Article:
Social hierarchies in animal societies are thought to be stable once established. This has been attributed to a variety of mechanisms such as winner-loser effects and spatial segregation of ranks. When these dominance structures are formed in response to competition for shelters it is often assumed that the distribution of shelters is generally static. What happens when hierarchies are formed in unstable environments? To address this question we used groups of the crayfish Orconectes rusticus. These animals are sometimes subjected to disturbances in streams that may relocate them or otherwise modify their shelter options. Groups of five size-matched crayfish were placed in small arenas (abundant shelter or scarce shelter) and were video-recorded for a period of four hours. Individuals were then isolated for three days and the same groups were re-formed and placed in the alternate shelter arrangement. From video recordings we measured shelter use, number of contests, and the linearity of the dominance hierarchies.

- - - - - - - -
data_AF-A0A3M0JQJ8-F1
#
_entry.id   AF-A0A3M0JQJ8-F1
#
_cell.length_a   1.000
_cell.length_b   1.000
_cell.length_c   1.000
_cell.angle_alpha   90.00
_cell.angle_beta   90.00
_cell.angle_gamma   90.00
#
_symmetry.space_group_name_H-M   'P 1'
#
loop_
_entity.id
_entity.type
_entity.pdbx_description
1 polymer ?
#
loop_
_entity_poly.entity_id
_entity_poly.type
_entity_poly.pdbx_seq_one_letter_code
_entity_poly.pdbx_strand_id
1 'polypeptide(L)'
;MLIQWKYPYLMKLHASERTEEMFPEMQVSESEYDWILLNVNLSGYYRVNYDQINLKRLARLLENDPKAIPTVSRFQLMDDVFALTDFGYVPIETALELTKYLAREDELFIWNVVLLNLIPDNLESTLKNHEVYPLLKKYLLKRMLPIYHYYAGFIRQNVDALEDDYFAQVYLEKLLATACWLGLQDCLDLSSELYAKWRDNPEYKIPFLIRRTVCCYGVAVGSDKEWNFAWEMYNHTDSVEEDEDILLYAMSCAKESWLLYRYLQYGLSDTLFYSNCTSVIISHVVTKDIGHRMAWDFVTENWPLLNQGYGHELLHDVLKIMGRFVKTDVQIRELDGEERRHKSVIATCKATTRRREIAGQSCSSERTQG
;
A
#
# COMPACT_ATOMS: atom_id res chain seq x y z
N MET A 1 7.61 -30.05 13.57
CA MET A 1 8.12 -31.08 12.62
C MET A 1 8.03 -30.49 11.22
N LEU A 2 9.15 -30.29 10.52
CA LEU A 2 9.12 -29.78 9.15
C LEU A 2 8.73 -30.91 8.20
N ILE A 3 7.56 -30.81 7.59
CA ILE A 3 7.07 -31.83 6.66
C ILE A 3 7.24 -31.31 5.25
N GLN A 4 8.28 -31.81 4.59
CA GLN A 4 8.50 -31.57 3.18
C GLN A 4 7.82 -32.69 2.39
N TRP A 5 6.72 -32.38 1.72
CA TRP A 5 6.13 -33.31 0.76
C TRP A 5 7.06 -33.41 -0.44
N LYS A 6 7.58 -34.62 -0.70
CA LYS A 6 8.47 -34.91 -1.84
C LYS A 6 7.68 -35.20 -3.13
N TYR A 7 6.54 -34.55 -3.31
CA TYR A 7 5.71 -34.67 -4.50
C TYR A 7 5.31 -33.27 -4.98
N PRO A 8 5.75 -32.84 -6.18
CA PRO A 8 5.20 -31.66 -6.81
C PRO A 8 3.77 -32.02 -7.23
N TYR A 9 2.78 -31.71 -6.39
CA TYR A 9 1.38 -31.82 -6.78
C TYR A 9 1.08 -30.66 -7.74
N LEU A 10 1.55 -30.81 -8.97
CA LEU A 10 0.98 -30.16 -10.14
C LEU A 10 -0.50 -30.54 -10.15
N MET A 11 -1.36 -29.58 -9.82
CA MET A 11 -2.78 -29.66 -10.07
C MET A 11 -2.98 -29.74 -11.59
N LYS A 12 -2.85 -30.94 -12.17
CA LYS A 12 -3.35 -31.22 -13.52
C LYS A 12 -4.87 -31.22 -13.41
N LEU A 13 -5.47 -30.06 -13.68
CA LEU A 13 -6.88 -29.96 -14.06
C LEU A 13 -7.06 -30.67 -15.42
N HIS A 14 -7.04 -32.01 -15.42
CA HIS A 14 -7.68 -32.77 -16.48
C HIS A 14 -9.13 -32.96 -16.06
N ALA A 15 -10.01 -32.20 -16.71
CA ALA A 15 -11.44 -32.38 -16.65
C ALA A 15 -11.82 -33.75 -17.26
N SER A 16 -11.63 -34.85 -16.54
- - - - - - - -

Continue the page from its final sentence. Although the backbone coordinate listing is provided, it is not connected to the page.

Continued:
Dominance hierarchies were linear within all trials despite all individuals of a group being the same size. This suggests the existence of a strong social mechanism driving hierarchies toward linearity besides differences in resource holding potential. Individuals moving from scarce-shelter to abundant-shelter environments tended to maintain their original ranks while individuals that started with abundant shelters often changed ranks when shelters became scarce. Interestingly, preliminary analysis indicates that the number of contests did not decrease when groups were re-formed in new environments, but there were more contests in groups that began with abundant shelters. These results suggest that groups in limited-shelter environments establish dominance structures more quickly than those in environments with abundant shelter, perhaps due to increased competition for shelter. Future analyses should include duration and intensity of contests to better understand what promotes the rapid formation of dominance hierarchies.